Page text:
New Delhi: Announcements and pledges made at the just concluded Glasgow climate summit (COP26) will directly impact 80 per cent of planned coal-fired power plants around the world, an analysis said on Wednesday Nov 17.
With several net zero pledges announced, 95 per cent of the existing global coal power fleet is committed to carbon neutrality. The Glasgow climate summit has had a significant impact on existing and new coal power across the world. Coal is the single largest contributor to carbon emissions.
“Glasgow climate summit might have failed on several fronts, including on loss and damage fund as well as on adaptation. However, COP26 has taken historic steps towards ending coal. This is not just optics, announcements and pledges made at Glasgow have real world consequences on the global coal industry,” said Lauri Myllyvirta, Lead analyst at Centre for Research on Energy and Clean Air (CREA).
The summit ended with high drama over the wording of the final text being changed from ‘phase-out’ to ‘phase-down’ of unabated coal.
According to an analysis by CREA, a total of 88 gigawatts (GW) of planned coal-fired capacity, a total of 90 large-scale projects, is likely to be cancelled as a result of the pledges. The cancelled capacity represents two-thirds of planned coal power plants outside of China.
Globally, the amount of planned coal power stands at around 300 GW. Eighty per cent of this is impacted by ‘no new coal’ pledges, ‘finance pledges’ and ‘net zero’ pledges.
The “no new coal” and finance pledges will likely result in cancellation of 88 GW of new coal. Further, 165 GW of new coal could still go ahead but are called into question by carbon targets announced in the run-up to COP26 or at COP26. Only 56 GW of new coal projects remain unaffected.
“China did not sign on to any pledges on domestic coal power but aims to peak coal use by around 2025, making new coal projects highly questionable.
“India, with the second biggest coal pipeline after China, committed to 2070 net zero targets and now the only country which could still add new coal power plants. However, India’s 500 GW renewable power capacity and 50 per cent clean electricity targets by 2030 mean that coal-fired power generation is likely to peak and decline well before 2030, leaving no space for new coal projects to be built and operated,” said Lauri.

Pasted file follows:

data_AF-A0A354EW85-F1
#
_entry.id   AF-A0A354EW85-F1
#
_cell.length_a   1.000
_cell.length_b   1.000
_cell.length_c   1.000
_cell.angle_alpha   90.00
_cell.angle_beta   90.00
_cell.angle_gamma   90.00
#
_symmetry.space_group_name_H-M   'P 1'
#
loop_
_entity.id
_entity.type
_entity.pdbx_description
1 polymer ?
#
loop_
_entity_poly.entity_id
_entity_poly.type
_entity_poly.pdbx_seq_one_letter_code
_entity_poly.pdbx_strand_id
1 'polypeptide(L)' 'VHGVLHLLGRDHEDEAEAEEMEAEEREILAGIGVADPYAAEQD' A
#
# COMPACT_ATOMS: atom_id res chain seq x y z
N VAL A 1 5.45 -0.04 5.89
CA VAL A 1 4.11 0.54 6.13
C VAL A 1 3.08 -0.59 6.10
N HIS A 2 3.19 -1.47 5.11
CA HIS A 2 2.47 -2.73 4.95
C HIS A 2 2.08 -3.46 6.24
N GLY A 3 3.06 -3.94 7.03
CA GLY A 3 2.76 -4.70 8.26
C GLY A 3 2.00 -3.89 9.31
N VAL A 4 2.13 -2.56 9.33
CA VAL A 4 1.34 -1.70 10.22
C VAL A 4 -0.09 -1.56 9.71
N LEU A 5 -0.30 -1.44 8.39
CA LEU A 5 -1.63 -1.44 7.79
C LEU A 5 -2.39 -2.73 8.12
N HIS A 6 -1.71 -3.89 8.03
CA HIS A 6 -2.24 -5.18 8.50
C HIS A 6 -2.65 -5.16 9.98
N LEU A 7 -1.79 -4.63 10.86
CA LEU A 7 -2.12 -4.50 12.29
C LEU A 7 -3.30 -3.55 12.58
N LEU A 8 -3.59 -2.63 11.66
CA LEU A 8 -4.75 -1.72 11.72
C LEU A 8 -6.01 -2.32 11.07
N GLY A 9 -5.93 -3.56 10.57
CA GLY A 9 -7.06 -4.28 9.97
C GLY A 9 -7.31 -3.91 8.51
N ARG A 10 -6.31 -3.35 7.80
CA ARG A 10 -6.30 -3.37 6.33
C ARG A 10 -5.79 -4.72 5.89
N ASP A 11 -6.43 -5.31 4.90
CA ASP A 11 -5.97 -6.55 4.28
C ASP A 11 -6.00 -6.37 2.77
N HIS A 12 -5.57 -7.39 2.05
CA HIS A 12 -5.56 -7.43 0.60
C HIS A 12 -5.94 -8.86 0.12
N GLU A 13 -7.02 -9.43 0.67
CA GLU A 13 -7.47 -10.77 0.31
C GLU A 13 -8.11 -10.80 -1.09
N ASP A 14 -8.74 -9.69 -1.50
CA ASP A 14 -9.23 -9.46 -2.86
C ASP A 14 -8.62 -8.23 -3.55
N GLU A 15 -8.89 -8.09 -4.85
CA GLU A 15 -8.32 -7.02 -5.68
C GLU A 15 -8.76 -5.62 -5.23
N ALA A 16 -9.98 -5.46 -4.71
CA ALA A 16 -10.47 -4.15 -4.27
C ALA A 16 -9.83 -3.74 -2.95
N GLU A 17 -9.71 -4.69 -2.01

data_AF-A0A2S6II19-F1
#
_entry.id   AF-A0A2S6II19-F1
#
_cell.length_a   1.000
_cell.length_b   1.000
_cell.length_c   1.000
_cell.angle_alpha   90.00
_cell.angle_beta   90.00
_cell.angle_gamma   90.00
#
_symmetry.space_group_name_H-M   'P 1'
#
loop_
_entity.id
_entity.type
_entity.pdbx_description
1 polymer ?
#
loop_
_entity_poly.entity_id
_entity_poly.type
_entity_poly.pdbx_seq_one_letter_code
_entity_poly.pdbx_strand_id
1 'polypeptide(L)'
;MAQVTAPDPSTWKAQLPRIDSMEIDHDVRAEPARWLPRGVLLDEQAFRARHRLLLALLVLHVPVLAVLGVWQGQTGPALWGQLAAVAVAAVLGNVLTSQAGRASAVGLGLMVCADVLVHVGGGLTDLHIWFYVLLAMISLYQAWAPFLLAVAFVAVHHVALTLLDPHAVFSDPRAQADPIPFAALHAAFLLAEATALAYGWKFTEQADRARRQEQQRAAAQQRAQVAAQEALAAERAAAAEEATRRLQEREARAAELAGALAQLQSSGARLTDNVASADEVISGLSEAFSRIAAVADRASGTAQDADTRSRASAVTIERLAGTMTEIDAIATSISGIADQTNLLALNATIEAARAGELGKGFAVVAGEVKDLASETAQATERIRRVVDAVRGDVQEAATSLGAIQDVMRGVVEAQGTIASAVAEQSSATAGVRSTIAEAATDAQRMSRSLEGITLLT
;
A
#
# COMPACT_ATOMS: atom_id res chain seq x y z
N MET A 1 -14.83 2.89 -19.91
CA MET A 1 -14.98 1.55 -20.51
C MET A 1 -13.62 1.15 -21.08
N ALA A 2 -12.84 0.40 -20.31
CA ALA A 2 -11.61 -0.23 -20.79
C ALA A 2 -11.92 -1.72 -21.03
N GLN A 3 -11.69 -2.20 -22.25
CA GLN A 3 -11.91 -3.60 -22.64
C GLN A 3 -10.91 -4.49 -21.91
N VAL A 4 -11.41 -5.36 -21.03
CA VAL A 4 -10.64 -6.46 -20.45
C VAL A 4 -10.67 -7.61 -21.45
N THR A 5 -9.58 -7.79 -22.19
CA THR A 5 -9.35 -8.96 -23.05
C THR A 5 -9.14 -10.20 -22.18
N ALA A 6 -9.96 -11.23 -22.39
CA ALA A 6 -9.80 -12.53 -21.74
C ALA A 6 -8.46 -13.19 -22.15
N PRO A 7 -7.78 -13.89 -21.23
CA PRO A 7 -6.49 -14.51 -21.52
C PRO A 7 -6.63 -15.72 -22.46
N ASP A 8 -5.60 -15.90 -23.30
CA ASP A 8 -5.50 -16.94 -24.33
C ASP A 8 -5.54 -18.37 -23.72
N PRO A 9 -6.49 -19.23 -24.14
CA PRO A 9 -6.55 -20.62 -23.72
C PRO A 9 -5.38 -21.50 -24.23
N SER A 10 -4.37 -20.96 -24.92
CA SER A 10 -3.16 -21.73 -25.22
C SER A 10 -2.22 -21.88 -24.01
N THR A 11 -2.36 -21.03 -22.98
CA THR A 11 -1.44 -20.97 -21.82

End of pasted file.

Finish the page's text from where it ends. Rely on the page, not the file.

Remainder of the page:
The global coal power plant fleet stands at about 2,060 GW of installed capacity. Of this, an additional 290 GW now has a close-by date as a direct result of announcements and pledges made in the run-up to and at COP26.
Altogether, 550 GW or 26 per cent of existing coal is already scheduled to retire. Of the total 550 GW, 280 GW have a 1.5 C compatible phase-out date.
Another 1,420 GW of existing coal capacity is covered by carbon neutrality pledges but does not have a clear retirement date announced. Eighty-nine GW or less than five per cent of existing coal is not covered by either type of commitments.
“While the pipeline of new coal projects is now bound to collapse, marking the decline of the global coal industry, not all existing coal plant phase-out plans are in line with the 1.5 C pathway. However, as we see solar and wind costs fall further, we’ll see an accelerated phase-out of coal in several regions,” said Lauri.
OECD countries account for 500 GW of existing coal capacity and are required to phase out coal within this decade. Eighty two per cent of existing OECD coal is scheduled to retire but just about 36 per cent will retire on the 1.5 C timeline.
If the German coalition government agrees on an early coal phaseout and if the US announces a clear 2030 coal phaseout timeline, 72 per cent of existing OECD coal capacity will be on track to retire by 2030.
There was some strong opposition to the inclusion of ‘accelerating phaseout of unabated coal power and inefficient fossil fuel subsidies’ — mainly from India and China, and supported by South Africa on coal and Iran and Nigeria on fossil fuel subsidies.
Countries like Australia, US, Turkey, Colombia, Indonesia, and Japan had no objections towards inclusion of ‘phase-out’ — indicating a significant shift from their earlier stand.